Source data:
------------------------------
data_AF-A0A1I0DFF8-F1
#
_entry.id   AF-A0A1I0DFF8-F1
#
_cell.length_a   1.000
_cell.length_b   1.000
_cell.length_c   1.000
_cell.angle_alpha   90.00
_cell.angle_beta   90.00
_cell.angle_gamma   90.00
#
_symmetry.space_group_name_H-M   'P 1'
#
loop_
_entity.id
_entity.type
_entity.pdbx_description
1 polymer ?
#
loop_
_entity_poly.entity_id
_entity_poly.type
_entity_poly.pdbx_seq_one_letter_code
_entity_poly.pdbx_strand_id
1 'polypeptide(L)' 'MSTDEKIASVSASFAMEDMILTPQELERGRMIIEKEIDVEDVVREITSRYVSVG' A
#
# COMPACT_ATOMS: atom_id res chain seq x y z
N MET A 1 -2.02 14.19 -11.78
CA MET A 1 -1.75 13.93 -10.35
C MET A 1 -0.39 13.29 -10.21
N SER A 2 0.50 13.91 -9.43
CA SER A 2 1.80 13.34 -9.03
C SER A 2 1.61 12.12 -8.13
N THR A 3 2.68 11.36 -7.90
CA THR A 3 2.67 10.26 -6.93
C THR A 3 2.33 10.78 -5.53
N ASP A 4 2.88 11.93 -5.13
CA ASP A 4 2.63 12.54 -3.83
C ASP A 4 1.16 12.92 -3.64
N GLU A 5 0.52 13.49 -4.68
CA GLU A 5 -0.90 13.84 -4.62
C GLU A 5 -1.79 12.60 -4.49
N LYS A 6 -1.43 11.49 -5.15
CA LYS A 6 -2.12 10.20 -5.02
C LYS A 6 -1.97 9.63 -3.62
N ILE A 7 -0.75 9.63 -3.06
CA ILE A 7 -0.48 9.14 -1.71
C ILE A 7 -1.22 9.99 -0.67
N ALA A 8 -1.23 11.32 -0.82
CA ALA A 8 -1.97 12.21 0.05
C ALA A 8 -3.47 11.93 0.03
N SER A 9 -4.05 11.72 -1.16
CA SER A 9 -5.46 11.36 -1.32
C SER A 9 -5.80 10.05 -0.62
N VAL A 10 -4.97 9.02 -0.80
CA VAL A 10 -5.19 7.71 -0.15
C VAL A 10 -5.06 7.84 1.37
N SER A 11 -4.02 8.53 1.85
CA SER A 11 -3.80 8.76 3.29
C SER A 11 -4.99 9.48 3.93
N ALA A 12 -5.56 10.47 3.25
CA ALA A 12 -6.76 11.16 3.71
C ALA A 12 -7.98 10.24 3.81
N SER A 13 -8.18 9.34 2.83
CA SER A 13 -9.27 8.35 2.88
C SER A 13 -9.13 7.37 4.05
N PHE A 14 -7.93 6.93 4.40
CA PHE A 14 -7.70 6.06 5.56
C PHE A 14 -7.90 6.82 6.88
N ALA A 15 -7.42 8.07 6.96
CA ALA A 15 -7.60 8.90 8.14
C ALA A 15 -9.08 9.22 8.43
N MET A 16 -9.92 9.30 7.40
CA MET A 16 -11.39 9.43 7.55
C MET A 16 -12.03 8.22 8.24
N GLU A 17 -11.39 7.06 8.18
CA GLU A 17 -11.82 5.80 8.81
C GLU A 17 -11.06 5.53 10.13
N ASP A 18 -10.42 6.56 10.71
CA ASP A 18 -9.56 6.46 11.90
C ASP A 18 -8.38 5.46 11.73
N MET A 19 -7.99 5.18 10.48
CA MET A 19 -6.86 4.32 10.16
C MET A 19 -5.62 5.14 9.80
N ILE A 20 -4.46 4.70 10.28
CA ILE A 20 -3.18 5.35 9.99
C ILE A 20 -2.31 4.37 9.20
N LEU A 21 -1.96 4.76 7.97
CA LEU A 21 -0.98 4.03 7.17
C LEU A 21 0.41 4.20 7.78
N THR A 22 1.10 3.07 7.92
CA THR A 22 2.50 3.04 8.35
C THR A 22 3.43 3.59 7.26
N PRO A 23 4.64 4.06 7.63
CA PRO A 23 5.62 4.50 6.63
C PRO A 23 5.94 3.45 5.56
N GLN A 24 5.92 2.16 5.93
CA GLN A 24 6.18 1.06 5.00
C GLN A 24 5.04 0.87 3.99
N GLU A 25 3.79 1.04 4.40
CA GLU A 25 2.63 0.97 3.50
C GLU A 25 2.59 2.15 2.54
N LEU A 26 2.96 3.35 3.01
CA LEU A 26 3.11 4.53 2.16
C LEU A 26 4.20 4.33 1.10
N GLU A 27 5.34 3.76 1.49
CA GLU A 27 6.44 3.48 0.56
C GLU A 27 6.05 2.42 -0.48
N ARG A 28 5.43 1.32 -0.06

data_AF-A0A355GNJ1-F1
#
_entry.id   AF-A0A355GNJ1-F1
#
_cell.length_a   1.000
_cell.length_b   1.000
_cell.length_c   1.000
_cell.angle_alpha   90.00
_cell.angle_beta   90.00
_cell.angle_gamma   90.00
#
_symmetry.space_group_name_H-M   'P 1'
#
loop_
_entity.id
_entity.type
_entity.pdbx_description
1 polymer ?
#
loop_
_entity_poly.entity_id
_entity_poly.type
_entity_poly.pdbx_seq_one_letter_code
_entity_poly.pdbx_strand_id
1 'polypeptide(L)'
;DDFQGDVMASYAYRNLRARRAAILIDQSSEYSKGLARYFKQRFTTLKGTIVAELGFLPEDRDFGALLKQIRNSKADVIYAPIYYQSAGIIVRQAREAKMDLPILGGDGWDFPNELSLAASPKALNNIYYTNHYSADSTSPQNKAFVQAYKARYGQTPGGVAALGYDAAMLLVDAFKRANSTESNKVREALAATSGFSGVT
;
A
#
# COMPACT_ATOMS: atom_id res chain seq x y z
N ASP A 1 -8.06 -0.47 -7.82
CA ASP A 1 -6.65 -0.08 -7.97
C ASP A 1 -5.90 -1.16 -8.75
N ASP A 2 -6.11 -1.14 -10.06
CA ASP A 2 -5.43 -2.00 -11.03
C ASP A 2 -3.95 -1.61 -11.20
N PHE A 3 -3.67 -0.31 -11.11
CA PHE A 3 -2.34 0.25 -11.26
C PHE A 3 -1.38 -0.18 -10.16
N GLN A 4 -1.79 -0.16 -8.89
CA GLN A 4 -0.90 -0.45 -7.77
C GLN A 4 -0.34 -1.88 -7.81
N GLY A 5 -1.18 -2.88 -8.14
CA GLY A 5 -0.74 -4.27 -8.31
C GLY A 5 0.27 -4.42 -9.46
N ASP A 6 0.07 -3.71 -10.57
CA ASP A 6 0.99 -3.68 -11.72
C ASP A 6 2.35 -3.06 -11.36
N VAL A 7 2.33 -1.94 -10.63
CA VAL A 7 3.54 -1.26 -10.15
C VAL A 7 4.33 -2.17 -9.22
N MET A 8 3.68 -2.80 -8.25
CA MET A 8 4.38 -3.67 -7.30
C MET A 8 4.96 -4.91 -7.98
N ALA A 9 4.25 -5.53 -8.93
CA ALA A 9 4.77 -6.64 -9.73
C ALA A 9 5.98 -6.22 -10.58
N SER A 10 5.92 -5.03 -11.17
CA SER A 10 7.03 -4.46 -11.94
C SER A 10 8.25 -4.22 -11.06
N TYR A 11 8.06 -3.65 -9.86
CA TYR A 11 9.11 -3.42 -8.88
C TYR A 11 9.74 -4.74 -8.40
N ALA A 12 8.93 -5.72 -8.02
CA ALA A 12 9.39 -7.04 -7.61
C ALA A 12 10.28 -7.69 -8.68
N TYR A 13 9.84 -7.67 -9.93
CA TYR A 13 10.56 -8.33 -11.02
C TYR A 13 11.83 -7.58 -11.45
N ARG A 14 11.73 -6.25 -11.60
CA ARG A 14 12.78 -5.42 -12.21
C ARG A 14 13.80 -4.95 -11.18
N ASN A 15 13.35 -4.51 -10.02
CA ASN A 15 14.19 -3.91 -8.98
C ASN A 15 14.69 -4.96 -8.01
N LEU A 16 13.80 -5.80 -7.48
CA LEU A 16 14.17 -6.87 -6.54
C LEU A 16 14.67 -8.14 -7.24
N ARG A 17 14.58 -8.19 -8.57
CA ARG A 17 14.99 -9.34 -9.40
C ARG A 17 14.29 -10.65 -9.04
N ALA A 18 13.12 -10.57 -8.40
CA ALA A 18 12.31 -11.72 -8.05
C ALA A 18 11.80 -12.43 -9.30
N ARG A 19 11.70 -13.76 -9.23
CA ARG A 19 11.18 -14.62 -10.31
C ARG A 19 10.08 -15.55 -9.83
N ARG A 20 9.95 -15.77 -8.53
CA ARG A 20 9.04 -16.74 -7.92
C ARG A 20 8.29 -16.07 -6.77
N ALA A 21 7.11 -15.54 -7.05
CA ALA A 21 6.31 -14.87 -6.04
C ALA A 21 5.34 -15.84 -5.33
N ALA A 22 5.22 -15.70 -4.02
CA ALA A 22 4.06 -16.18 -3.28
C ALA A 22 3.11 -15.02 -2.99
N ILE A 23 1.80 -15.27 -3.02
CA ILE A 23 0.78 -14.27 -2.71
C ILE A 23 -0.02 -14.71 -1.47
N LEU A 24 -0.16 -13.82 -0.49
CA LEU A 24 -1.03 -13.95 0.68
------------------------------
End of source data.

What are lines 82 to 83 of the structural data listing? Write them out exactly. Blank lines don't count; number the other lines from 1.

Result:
N MET A 19 -7.99 5.18 10.48
CA MET A 19 -6.86 4.32 10.16